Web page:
By Autumn 2009, most who took an interest had written off Sony as a competitor in the handheld gaming race. The device had already endured years of subordination to Nintendo’s DS by 2008, and by Christmas of that year it was clear that it was fighting a war on two fronts: against all reasonable expectations, the iPhone was also in the fray, and by the middle of 2009 was pretty much the winner of it.
Sony’s failures had been many. After years at the top it had grown arrogant and complacent, wilfully determined to sell to a hardcore market that was rapidly disappearing, or rather melting into the broader and more casual audience Nintendo and Microsoft had helped to create and which the iPhone’s success had established beyond any doubt as the future of gaming.
Perhaps symptomatic of this invidious hardcore prejudice was Sony’s refusal to price its products competitively. Both the PS3 and PSP had suffered commercially in part as a consequence of their relatively high prices, and when it emerged that the PSPgo would retail at £229.99 – considerably more expensive than either the DSi or the iPod touch – faceplants echoed around the world. Koller’s subsequent defense of this price as a ‘premium proposition‘ brought palms to foreheads a second time.
Sony’s 2009 PSP line-up was strong, including as it did Assassin’s Creed, LittleBigPlanet, MotorStorm: Arctic Edge, and a host of other AAA titles. But Apple’s App Store was proving that it’s low cost that drives consumer spending. A contemporary analysis carried out by Pocket Gamer found that the average price of a game in the App Store Top 100 was just $1.89 Premium titles were all very well, but all the evidence pointed at a market moving towards smaller, cheaper games.
Despite these obvious missteps, Sony was also planting the seeds of its own success around this time. Sony went some way in addressing the hardcore issue when it announced that it would cut the cost of development kits by 80% to encourage small developers to create games for the device, and again when it revealed during the Develop conference the same year that it had signed up 50 developers for its app store, including Fieldrunners creator Subatomic Studios. Clearly, it was taking some important cues from Apple.
In the weeks before the Gamescom event in August 2009, rumors started to spread about a cheaper 8GB PSPgo SKU, and these rumors proved true during Sony’s presentation. There would be an 8GB version, and it would cost £169.99 – pricey, but not dramatically more so than its competitors. This would prove over the coming months to be by far the more successful version of the console.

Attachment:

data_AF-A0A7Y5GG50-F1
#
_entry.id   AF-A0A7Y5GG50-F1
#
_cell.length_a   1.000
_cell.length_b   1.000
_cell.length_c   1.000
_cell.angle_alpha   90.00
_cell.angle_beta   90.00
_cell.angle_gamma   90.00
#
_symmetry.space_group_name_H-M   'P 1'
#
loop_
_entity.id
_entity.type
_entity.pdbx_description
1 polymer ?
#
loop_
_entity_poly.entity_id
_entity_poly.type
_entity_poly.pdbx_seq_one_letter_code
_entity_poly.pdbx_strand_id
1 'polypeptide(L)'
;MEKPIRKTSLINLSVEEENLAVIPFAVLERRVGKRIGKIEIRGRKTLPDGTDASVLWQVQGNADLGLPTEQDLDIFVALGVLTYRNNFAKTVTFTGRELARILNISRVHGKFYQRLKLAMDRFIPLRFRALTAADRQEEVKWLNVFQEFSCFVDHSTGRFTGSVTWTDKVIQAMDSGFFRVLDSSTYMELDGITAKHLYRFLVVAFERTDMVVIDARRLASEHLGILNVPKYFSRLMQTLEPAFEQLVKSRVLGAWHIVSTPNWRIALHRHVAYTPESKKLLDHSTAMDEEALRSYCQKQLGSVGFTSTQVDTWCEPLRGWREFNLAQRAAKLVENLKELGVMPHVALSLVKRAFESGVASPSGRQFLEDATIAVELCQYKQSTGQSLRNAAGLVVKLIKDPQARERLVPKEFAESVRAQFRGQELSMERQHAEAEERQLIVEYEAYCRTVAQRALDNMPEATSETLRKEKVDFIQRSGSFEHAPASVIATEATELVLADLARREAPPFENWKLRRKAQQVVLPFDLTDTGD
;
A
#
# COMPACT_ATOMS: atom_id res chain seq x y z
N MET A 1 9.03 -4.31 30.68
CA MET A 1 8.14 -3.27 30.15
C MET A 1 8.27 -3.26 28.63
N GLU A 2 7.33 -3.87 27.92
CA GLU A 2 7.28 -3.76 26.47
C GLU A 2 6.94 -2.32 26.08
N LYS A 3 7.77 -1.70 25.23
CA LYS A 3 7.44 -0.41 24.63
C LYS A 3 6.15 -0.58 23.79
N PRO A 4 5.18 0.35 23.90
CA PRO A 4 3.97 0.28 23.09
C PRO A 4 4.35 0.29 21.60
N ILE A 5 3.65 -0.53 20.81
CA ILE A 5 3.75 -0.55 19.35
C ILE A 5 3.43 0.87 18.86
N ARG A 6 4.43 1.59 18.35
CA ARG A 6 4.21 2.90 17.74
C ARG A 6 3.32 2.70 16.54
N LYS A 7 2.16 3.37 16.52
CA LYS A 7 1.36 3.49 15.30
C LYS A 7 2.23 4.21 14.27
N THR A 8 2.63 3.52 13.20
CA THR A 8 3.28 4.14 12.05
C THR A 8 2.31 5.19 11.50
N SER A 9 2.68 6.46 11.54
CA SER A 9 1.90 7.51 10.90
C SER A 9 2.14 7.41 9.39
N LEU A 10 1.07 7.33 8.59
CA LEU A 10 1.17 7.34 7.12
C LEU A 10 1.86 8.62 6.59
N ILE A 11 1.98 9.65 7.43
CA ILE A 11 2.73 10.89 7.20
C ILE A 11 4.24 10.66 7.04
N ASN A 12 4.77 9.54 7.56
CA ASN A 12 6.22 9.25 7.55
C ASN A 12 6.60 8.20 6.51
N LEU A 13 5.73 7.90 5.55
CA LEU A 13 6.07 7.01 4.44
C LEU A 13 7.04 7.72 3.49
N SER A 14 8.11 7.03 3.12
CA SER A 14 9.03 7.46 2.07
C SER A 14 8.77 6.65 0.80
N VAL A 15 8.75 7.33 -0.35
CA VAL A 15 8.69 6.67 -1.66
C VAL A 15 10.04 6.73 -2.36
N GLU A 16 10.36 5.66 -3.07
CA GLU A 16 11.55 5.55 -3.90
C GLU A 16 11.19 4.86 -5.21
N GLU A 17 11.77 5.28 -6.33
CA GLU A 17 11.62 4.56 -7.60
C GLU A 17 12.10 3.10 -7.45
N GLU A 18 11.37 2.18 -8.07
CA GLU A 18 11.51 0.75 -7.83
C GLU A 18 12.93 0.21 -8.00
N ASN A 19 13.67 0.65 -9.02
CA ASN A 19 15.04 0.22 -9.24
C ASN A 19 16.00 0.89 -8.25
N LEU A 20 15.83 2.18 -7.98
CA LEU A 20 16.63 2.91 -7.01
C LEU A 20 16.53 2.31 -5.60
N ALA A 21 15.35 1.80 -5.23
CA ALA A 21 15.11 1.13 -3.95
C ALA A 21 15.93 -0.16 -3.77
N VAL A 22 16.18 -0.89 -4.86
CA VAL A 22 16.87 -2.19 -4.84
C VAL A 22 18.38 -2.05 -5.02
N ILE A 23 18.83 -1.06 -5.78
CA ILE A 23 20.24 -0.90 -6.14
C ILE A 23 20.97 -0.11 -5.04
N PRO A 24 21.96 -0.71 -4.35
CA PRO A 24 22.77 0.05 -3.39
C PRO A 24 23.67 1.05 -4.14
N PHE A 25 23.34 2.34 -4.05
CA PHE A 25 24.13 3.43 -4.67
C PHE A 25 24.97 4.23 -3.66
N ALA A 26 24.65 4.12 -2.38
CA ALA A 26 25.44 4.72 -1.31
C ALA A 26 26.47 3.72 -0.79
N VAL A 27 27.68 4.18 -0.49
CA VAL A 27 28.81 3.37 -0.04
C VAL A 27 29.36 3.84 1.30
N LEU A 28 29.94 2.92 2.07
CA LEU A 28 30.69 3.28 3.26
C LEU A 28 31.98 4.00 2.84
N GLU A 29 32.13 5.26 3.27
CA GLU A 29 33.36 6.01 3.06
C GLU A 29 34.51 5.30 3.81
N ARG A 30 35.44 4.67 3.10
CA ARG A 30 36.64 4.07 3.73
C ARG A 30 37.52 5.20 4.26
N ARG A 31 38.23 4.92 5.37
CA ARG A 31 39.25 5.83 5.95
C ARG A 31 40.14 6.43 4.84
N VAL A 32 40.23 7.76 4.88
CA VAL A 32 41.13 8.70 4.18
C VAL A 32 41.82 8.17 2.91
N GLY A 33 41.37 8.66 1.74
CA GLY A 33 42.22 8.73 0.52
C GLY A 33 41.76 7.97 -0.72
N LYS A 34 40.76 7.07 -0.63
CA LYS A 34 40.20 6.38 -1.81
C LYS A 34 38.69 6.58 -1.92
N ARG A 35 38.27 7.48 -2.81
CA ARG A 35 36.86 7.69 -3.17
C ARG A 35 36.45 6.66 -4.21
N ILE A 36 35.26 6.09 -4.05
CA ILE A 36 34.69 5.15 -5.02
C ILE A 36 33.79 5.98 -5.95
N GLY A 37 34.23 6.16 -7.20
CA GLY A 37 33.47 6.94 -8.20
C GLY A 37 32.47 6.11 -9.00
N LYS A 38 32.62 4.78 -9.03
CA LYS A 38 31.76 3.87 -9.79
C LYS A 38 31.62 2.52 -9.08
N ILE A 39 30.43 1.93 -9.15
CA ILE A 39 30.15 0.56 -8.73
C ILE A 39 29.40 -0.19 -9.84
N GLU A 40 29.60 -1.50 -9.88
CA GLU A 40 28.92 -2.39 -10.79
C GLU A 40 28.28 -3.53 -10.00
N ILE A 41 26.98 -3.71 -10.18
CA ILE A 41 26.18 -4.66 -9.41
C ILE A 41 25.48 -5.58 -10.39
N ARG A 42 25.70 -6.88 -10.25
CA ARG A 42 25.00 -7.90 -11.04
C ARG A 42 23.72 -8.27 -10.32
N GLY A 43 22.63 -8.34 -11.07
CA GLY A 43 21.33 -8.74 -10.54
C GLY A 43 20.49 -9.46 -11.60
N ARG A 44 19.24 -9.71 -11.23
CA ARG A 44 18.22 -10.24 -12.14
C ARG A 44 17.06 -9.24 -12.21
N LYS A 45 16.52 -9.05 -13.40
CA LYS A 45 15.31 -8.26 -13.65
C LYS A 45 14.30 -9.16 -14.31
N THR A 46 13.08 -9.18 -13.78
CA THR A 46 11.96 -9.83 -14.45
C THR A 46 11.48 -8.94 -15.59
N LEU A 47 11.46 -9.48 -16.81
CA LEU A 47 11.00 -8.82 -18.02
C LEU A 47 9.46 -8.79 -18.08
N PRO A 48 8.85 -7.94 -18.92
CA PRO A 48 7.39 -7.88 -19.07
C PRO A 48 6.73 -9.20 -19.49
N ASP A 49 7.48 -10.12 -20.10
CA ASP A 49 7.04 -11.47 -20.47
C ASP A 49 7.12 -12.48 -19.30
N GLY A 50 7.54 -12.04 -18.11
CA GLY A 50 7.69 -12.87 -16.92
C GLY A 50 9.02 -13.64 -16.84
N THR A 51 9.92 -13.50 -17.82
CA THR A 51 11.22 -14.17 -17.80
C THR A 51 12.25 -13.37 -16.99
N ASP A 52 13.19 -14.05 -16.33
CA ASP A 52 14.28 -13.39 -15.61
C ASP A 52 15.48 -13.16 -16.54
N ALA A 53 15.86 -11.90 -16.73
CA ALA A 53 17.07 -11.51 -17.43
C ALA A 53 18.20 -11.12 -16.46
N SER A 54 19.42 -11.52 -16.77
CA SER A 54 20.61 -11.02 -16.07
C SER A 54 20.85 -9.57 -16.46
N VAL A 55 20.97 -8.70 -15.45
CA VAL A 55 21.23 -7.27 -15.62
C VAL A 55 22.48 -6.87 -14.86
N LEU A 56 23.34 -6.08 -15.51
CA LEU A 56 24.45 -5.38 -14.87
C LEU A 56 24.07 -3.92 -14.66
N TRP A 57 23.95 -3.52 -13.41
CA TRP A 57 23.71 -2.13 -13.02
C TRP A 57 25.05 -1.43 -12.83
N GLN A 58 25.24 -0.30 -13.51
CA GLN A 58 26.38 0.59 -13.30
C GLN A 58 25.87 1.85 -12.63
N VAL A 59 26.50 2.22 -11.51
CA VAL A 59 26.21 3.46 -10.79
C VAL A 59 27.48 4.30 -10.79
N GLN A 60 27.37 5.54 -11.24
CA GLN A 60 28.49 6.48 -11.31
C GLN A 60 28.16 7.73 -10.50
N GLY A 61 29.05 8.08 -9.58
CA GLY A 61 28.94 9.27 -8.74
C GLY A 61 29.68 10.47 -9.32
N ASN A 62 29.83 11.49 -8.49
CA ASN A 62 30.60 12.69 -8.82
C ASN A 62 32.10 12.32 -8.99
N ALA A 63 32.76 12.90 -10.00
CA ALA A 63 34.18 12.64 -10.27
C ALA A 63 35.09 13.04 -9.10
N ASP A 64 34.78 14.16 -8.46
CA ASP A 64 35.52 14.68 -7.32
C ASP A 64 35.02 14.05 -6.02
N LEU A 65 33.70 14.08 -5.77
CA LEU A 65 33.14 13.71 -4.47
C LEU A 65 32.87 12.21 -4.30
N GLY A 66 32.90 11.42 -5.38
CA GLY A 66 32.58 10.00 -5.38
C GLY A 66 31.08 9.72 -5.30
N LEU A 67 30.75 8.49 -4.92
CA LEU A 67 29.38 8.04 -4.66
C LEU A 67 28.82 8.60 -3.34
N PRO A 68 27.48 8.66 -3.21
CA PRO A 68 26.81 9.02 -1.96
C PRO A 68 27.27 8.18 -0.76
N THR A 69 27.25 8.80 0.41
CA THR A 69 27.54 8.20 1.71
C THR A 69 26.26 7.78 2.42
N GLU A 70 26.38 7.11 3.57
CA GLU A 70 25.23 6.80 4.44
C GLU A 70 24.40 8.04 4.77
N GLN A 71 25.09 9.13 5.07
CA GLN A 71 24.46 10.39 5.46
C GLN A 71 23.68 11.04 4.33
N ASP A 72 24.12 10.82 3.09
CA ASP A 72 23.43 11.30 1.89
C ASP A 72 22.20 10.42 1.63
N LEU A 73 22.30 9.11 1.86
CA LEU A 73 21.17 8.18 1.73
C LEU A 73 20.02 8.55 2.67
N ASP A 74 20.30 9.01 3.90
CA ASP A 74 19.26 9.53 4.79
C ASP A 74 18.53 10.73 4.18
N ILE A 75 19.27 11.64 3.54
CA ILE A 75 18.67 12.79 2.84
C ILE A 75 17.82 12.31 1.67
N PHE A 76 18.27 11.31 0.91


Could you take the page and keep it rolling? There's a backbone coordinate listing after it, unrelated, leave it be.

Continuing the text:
Pocket Gamer learned of a separate rumor on the eve of Gamescom: PSPgo games would cost between one and five Euros, which would make the more expensive titles even cheaper than those on Apple’s App Store. During a cramped presentation in the Koelnmesse, Sony confirmed this second rumor.
It seems remarkable now that during its first Christmas in 2009 the PSPgo was outsold by the DSi, the DS Lite and the iPod touch. By March 2010, after a steady flow of excellent iPhone and casual web game conversions, it was starting to generate buzz in the enthusiast press. In June, Sony announced the PSP2, a powerful touchscreen device with conventional manual controls and dual analogue sticks, due to hit the stores in October.
By July, its store boasted more than three thousand games – a negligible number compared to the iPhone’s 25,000, but this worked in Sony’s favor as consumers and developers bemoaned the App Store’s growing clutter. When the PSP2 arrived, it inherited from the PSPgo a strong library of games, a diverse and highly personalisable store and a thriving community. By Christmas 2010, Sony was convincingly in the lead.
In the end, the key to Sony’s eventual success in the handheld market wasn’t entirely in its decision to start competing at the cheap end of the price spectrum. This move enabled it to compete with Nintendo and Apple, sure, but once it was on equal terms with those companies it was, as Koller had no doubt hoped, its premium options that distinguished it. With a single device a PSPgo owner could spend $1.50 on Fieldrunners on $50 on LittleBigPlanet. Apple simply couldn’t compete.
Sony’s success didn’t only come from the range of games it offered. Just as Apple had learned from Sony’s mistakes, Sony learned from Apple’s, maintaining a greater degree of control over the number and quality of the games on its store to forestall the clutter that was increasingly turning gamers and developers away from the iPhone.
It also profited by its decision to not only retain but to develop its more conventional button and stick input. By doing so it gave gamers a choice, and this is ultimately why no other handheld – except, perhaps, for the rapidly ascendant Zune HD – has been able to compete. Right now, no other handheld is as comfortable at either end of the casual-hardcore spectrum as the PSP2 is at both.
Pocket Gamer is Europe’s leading source of news, opinion and reviews on mobile and handheld gaming.